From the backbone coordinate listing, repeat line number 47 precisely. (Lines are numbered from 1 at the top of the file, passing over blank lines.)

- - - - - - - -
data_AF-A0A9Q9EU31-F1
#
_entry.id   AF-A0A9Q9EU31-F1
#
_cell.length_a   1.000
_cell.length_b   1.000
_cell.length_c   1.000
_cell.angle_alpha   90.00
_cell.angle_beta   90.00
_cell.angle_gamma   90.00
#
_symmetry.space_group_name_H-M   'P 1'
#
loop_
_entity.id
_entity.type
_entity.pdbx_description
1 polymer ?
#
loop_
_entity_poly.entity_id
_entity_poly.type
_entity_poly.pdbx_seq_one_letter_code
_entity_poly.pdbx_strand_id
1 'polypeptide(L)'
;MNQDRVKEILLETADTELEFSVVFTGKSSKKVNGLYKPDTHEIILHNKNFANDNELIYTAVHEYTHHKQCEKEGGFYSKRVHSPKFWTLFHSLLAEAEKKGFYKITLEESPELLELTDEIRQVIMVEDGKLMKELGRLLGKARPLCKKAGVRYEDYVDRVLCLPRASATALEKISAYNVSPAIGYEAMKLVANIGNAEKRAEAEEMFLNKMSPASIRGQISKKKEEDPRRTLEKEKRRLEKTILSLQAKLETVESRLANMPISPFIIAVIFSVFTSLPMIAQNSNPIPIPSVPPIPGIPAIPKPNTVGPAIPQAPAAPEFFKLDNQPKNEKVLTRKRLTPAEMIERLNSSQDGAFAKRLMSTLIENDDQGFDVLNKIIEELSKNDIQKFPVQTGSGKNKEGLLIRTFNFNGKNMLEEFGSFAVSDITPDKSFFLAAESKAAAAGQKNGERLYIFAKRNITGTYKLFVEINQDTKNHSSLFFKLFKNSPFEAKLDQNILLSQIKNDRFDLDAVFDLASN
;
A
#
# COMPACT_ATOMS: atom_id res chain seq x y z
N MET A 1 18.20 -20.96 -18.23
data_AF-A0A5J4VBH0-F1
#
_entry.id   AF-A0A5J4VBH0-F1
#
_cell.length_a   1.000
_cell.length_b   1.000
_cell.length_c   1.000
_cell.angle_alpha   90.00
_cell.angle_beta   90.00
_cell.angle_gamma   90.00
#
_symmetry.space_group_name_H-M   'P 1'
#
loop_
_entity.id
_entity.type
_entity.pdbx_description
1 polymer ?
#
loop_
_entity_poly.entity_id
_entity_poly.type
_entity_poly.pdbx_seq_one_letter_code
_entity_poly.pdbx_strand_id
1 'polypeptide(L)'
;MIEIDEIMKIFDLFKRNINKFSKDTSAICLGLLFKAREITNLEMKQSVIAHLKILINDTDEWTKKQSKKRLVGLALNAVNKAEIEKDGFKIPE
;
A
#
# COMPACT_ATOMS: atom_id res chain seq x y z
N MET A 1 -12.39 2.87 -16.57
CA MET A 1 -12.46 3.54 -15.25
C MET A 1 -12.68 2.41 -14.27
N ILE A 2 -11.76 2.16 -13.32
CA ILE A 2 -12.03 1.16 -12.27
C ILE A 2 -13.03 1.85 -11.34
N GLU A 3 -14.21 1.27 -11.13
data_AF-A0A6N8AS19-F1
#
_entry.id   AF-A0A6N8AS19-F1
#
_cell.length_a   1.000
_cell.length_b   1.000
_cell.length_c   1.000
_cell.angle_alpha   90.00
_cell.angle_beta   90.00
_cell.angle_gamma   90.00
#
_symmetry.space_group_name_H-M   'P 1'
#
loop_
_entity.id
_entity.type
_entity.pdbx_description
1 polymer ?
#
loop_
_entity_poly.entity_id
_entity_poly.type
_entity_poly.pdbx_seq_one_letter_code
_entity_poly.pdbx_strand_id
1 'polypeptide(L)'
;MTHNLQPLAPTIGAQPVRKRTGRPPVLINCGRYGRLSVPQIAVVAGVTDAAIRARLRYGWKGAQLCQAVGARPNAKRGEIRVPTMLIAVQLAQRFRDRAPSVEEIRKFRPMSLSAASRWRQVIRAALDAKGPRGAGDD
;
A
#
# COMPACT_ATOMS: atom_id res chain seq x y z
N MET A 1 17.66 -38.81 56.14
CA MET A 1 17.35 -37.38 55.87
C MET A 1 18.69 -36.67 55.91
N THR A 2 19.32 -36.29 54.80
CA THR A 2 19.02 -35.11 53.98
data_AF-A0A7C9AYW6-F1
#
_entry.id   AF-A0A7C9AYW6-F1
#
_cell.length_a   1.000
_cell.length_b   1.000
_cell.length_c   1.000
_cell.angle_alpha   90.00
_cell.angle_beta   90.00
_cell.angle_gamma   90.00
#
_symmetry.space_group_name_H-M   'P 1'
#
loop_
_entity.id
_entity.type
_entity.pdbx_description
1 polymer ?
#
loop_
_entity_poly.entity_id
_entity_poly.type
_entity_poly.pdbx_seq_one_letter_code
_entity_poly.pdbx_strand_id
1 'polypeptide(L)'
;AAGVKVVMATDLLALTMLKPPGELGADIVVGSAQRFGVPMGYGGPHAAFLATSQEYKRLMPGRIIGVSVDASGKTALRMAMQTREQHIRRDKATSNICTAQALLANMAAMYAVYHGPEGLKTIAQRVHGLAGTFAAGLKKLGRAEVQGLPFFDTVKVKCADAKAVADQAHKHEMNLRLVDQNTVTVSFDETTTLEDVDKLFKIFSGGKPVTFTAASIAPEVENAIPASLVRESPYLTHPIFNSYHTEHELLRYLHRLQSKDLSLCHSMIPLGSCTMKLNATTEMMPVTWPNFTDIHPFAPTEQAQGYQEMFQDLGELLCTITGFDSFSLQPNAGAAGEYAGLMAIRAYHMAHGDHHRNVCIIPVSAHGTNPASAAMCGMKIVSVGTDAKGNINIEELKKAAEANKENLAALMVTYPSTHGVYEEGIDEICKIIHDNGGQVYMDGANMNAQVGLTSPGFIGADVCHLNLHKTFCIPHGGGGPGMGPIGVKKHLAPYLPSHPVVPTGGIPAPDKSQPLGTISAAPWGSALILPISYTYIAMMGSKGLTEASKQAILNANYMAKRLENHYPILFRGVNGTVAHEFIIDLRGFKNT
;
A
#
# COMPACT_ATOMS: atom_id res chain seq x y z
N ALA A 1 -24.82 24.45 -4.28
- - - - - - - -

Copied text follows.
_entity.type